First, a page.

Where Sweetpea Began
In essence, Sweetpea began in the fall of 2002 in Greenpoint, Brooklyn on a futon couch. I was living in a railroad apartment with a friend from college, working as an art Intern at Scholastic Inc.. I was fortunate that my internship paid, but it was just enough to cover my half of the rent. Frivolous spending was limited so we enjoyed the little things. We'd walk across the street to Peter Pan Bakery and buy donuts every Sunday morning, engorge ourselves with pizza from our favorite joint in the East Village every few weeks and I bought art supplies to keep my hands busy at night. Having majored in Printmaking I knew I wouldn't be doing much of that considering the space and hazardous materials it required so I kept myself busy drawing and making little watercolors. It wasn't until the night I decided to recreate a pair of earrings I had once admired in a shop when everything changed.
I remembered someone telling me about a hidden place in the Fashion District which was packed floor to ceiling with every bead, metal bit and doodad you could imagine. If they didn't have it, they could probably invent it right in front of your eyes if you asked...and they liked you. I had been forewarned the employees yelled a lot and it was likely they'd be rude but this didn't stop me. When I arrived to location of the mythical store I must have walked back and forth, passing it by at least ten times. I finally walked into a bodega and they told me it was the next door down. I walked outside and saw the door. It was open and it led me into a depressing, empty room with an elevator and a small hidden staircase. This can't be it I thought. I stood there deciding whether to press the elevator button, explore the staircase or neither. It was only until I heard a woman clunking down the stairs with a bag bursting at the seams with colorful treasures that I knew this was the place. I continued to go there for the next seven years and by the seventh, they finally acknowledged my existence. The ultimate task, achieved.
Returning to my couch in Greenpoint, my inspiration to make those earrings came from the day I spotted a set of intricately beaded, gold earrings encased by four walls of bulletproof glass. I wanted them. I wanted to be able to wave over the lady who ignored me when I walked in and tell her, "I'll take those. Thank you." Like anyone who was a teenager in the 90's might understand, I wanted to have my Pretty Woman moment, but that was the deal of working in Soho. It was the land of architecture, beauty and most notably, the unattainable.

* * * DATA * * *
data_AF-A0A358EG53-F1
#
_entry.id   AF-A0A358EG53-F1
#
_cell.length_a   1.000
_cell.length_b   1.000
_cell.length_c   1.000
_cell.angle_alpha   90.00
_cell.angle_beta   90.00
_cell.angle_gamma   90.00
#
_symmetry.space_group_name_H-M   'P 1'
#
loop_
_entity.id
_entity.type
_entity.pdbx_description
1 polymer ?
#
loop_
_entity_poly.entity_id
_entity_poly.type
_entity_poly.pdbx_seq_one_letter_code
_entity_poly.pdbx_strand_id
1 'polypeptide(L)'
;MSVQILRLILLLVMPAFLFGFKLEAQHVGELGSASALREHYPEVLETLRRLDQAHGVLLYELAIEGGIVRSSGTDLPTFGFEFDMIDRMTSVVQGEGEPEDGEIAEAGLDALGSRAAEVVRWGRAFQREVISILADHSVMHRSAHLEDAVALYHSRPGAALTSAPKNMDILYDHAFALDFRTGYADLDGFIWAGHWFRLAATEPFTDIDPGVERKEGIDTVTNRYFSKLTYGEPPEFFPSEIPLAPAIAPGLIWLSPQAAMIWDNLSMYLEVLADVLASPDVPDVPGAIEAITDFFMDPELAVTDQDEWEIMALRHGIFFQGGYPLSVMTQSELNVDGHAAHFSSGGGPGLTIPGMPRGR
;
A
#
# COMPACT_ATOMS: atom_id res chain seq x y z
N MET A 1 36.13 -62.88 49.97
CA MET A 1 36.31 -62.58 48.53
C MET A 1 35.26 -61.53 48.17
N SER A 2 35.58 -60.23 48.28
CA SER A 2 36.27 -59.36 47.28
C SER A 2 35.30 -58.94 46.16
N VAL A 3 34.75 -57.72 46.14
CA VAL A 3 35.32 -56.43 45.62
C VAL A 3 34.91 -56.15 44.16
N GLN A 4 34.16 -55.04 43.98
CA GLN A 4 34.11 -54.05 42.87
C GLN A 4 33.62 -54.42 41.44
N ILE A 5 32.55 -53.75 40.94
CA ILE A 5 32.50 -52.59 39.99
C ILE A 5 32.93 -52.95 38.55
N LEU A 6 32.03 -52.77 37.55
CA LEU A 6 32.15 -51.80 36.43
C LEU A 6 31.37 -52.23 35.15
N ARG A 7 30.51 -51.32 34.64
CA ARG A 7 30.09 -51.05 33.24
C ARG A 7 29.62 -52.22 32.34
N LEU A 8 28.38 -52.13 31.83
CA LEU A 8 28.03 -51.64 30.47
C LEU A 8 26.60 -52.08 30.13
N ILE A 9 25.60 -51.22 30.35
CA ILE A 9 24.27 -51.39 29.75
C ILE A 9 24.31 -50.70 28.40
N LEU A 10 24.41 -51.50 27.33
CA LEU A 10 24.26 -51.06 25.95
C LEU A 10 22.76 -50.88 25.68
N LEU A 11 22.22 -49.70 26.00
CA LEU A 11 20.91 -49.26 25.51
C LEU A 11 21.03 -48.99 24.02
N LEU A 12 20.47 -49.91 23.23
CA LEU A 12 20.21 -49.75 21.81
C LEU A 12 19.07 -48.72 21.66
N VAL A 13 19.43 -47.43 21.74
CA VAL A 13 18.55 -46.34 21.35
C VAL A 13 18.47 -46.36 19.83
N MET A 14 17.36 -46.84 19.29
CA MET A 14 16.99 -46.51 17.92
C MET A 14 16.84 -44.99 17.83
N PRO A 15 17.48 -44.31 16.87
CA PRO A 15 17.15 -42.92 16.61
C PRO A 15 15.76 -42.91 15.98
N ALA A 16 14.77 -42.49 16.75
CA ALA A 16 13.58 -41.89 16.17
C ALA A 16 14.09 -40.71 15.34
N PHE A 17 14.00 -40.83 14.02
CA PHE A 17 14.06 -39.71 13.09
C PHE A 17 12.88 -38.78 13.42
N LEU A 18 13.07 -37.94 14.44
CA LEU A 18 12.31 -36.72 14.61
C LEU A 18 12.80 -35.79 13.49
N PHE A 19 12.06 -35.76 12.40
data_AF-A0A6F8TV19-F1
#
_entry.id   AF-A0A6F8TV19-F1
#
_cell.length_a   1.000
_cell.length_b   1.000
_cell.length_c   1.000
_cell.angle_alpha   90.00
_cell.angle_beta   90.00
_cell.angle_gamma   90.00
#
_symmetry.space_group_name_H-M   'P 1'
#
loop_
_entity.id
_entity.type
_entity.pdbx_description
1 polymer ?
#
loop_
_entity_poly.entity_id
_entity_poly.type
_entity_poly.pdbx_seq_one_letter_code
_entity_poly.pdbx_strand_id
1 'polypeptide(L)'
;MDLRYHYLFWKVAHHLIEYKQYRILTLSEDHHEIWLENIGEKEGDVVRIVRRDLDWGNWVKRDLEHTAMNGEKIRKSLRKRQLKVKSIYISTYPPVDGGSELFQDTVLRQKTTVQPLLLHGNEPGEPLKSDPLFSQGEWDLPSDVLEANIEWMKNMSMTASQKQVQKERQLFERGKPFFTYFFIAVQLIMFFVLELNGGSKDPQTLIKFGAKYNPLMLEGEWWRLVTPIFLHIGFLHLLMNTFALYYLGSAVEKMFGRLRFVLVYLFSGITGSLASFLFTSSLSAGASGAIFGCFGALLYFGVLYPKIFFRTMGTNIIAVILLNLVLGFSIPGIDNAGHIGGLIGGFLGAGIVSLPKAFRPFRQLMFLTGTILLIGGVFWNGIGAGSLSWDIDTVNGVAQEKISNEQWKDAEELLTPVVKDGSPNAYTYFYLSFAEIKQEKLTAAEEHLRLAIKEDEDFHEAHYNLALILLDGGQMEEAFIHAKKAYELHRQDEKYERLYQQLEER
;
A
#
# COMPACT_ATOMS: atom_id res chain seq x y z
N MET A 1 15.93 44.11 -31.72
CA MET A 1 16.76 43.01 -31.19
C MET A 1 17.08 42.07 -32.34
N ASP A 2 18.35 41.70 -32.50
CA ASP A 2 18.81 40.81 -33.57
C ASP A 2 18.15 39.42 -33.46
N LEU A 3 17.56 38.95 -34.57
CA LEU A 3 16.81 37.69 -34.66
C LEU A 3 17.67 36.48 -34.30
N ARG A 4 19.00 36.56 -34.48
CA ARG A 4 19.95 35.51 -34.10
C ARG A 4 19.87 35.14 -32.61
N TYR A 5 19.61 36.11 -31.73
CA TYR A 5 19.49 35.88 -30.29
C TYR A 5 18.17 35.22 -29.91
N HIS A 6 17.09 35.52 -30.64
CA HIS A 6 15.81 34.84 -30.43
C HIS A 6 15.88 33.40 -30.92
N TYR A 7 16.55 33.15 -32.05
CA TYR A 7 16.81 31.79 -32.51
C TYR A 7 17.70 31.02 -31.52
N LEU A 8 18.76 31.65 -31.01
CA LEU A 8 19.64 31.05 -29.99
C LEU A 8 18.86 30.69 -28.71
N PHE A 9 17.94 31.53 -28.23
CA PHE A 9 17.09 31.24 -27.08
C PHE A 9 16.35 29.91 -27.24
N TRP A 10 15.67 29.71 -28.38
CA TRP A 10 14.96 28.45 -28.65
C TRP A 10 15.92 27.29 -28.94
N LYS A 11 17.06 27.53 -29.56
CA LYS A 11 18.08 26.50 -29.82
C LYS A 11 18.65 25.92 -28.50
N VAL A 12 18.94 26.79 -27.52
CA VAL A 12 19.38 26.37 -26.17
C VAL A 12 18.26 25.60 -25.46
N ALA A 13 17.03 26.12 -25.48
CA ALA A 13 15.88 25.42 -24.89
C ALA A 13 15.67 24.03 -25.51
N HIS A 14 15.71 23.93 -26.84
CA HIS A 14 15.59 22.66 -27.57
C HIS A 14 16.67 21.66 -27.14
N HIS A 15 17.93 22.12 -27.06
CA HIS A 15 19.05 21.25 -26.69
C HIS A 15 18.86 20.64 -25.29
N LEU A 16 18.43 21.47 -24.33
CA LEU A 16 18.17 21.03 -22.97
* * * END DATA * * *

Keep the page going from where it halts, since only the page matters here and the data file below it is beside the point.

I spent every free moment I had working on those earrings and on that final night of completion, I held them up against the bright light of my work lamp. They looked like a big old gold ball of a beaded mess. The light was barely able to shine through it was such a tangled disaster. I was disappointed yet hardly surprised. I had no idea what I was doing. This being before the time you could whip out your smart phone and google, "how to make a five layer cake under 30 minutes," I promptly went to the book store and bought a book on how to make jewelry.
I spent weekends cranking out necklaces and earrings. I signed up for flea markets and local art fairs selling my wares where I quickly became accustomed to being ignored, judged and haggled with. As the winter holiday seasons approached each year, my art director at Scholastic let me set up a display in a conference room. I even managed to get my pieces in a few stores in the East Village and when Etsy made its debut I signed myself up. Eventually Etsy became over saturated with people making the same stuff I was. I realized I was fully immersed in the never ending race of creating something new, unique, one of a kind and cheaper than everybody else's. It was and still is a struggle. The feeling of deep sadness when you think you've created the perfect unicorn, then discover through the great wide internet that 800 other people have already made it, are selling it and are giving free demos on YouTube how to make it may be the worst feeling. But there are plenty of positive moments that drown out those downers. Sweetpea coming to fruition being the biggest one of them all.
When those two East Village shop owners gave me the chance, the opportunity that had taken me years to gather the courage to even ask for, that was when I knew I wanted to be them one day and help other artists pursue their dream.